Affective Effects in the Regulation of Behavior: Affective Sciences



Type of instruction




Part of degree program


Recommended in

Semester 1-4

Typically offered in

Autumn/Spring semester

Course description

The purpose of the course is to discuss the broad spectrum and neuroscientific background of affective phenomena of vital importance in human interactions from the perspective of the „affective revolution” which has recently taken place. The lectures bring into focus the debatable problems, beyond the studies and facts concerning affective phenomena. The detailed discussion of the debated questions will take place in seminars, connected with the themes of the PhD students.

This approach makes it possible for the participants to recognize and to consider the affective connections of their own research.

Requirements of the course: an oral or written presentation of the most recent literature on the affective problems related to the research of the doctoral student, and the discussion of this presentation within the course. The students can make good use of the results of the exchange of experiences in the practice of their PhD research.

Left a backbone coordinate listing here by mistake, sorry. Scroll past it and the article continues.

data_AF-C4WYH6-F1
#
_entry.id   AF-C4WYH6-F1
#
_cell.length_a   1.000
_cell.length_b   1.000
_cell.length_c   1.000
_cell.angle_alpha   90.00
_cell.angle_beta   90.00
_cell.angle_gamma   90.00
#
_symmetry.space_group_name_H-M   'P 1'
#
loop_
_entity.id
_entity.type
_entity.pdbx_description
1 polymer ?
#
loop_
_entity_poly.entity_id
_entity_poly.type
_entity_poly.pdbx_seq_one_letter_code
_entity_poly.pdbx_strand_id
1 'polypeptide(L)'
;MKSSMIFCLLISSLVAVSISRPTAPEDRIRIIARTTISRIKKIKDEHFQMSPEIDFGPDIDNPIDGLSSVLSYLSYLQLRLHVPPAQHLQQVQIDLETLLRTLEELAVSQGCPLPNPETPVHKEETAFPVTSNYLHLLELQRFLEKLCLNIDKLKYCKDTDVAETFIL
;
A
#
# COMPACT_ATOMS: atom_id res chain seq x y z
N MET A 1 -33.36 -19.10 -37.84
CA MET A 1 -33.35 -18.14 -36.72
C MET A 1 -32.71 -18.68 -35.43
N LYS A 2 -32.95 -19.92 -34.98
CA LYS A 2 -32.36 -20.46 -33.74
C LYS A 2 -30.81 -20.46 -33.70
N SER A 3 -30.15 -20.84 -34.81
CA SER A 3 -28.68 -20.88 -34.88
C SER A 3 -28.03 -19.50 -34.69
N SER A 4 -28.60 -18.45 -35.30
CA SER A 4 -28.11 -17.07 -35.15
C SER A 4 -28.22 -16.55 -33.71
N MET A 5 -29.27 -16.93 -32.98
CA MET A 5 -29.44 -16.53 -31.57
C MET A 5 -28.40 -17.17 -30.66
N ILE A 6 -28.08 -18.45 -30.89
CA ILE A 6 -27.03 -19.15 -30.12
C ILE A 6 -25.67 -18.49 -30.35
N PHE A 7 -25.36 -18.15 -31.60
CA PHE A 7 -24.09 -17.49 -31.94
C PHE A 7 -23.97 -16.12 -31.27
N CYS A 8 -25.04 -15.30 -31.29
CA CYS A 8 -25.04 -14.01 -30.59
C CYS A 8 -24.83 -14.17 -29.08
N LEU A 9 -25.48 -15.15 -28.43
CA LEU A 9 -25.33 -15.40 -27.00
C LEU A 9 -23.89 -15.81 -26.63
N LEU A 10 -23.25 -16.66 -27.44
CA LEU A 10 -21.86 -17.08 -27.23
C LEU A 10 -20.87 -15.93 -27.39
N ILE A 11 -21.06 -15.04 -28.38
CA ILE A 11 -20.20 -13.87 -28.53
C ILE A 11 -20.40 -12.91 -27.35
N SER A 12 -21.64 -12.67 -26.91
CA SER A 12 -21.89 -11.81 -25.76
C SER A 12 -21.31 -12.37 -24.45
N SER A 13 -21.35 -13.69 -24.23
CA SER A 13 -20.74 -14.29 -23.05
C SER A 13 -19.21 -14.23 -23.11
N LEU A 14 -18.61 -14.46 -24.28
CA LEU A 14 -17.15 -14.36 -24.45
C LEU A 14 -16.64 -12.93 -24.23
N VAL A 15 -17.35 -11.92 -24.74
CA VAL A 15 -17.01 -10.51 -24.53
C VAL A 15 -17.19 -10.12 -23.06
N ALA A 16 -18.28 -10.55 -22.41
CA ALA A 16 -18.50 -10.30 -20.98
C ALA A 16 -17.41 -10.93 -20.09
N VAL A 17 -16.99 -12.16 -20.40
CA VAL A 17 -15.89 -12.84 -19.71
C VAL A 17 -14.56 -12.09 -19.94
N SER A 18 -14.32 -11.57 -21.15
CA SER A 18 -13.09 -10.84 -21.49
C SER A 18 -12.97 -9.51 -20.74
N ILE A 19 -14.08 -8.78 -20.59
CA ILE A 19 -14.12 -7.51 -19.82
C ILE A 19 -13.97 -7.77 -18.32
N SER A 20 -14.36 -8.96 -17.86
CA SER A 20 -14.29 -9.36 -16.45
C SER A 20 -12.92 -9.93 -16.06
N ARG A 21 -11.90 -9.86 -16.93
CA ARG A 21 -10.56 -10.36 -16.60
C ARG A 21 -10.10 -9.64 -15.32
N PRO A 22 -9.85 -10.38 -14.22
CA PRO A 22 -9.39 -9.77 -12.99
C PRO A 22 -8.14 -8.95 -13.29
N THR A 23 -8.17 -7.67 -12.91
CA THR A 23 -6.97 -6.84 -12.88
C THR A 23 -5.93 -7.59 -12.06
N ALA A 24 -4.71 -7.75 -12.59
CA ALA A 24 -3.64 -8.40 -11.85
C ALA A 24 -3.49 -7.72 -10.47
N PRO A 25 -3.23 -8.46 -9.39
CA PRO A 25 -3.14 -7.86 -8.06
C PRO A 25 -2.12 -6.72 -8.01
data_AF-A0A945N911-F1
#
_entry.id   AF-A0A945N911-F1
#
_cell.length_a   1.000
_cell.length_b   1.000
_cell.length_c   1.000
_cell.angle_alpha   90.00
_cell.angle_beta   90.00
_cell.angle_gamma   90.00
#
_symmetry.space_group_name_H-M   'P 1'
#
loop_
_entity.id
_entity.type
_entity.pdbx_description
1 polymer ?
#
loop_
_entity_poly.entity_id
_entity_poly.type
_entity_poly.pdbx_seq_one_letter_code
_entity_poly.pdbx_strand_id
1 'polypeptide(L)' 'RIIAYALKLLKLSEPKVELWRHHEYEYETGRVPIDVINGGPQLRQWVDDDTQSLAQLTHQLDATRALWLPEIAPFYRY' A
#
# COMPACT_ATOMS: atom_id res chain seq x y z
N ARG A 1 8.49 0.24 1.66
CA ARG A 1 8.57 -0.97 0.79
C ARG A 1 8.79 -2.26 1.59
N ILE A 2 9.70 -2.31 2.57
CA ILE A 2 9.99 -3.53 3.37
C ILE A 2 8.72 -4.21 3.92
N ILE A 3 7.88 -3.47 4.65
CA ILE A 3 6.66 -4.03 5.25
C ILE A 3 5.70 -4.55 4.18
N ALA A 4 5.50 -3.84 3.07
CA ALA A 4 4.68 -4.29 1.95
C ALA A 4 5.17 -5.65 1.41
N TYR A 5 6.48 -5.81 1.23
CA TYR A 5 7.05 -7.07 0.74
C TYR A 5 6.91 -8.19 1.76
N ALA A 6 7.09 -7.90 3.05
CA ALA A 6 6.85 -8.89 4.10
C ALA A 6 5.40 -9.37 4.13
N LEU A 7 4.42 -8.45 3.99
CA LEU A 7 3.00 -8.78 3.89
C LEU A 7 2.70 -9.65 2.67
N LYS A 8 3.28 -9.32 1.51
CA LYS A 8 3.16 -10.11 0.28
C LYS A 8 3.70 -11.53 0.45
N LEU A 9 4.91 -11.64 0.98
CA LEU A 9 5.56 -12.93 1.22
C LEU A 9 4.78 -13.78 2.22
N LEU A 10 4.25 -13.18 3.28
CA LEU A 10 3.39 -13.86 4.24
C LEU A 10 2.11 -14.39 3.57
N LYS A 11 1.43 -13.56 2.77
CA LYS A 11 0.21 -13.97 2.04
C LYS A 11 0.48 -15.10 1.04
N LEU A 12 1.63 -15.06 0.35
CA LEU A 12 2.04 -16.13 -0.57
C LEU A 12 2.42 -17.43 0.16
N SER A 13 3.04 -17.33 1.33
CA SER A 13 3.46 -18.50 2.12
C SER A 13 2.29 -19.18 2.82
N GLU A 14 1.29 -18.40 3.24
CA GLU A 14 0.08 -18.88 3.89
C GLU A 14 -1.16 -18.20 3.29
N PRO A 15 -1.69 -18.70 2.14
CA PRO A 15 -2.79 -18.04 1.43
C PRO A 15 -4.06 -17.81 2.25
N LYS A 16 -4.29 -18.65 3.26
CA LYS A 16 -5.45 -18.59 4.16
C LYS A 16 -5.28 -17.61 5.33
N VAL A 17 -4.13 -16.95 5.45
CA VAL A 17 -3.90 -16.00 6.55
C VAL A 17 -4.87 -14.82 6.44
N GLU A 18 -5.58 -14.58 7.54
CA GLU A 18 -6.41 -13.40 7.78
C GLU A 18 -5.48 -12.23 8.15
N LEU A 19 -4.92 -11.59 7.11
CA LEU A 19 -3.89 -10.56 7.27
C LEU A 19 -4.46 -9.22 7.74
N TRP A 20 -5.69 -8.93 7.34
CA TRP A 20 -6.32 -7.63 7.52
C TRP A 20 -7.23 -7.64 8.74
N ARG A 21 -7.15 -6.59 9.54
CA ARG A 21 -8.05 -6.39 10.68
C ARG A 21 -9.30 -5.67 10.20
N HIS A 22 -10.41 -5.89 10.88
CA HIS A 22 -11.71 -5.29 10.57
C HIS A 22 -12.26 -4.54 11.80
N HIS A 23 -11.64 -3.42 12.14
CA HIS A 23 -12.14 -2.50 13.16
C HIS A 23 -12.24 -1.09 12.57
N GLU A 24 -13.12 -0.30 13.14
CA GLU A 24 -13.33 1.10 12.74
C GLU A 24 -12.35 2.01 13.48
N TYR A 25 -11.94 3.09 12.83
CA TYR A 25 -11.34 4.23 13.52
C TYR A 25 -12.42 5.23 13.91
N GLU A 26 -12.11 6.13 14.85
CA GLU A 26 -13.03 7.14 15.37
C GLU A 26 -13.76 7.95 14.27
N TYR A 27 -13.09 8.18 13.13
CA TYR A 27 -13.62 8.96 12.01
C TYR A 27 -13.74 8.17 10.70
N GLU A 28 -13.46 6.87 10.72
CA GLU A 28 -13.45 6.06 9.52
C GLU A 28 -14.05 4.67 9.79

• Beauregard, M. (2007) Mind does really matter: Evidence from neuroimaging studies of emotional self-regulation, psychotherapy, and placebo effect. Progress in Neurobiology 81/4. 218-236.
  • Davidson, R. J.; Scherer, K. R.; Goldsmith, H. H. (eds.) (2003) Handbook of affective sciences. Oxford: Oxford University Press.
  • Eisenberger, N.I., Taylor, S.E., Gable, S.L., Hilmert, C.J., Lieberman, M.D. (2007) Neural pathways link social support to attenuated neuroendocrine stress responses. NeuroImage 35/4.1601-1612.
  • Panksepp, J. (1998) Affective neuroscience: The foundations of human and animal emotions. Oxford University Press
  • Schore, A. N. (1994) Affect regulation and the origin of the self. The neurobiology of emotional development. Hillsdale: Erlbaum.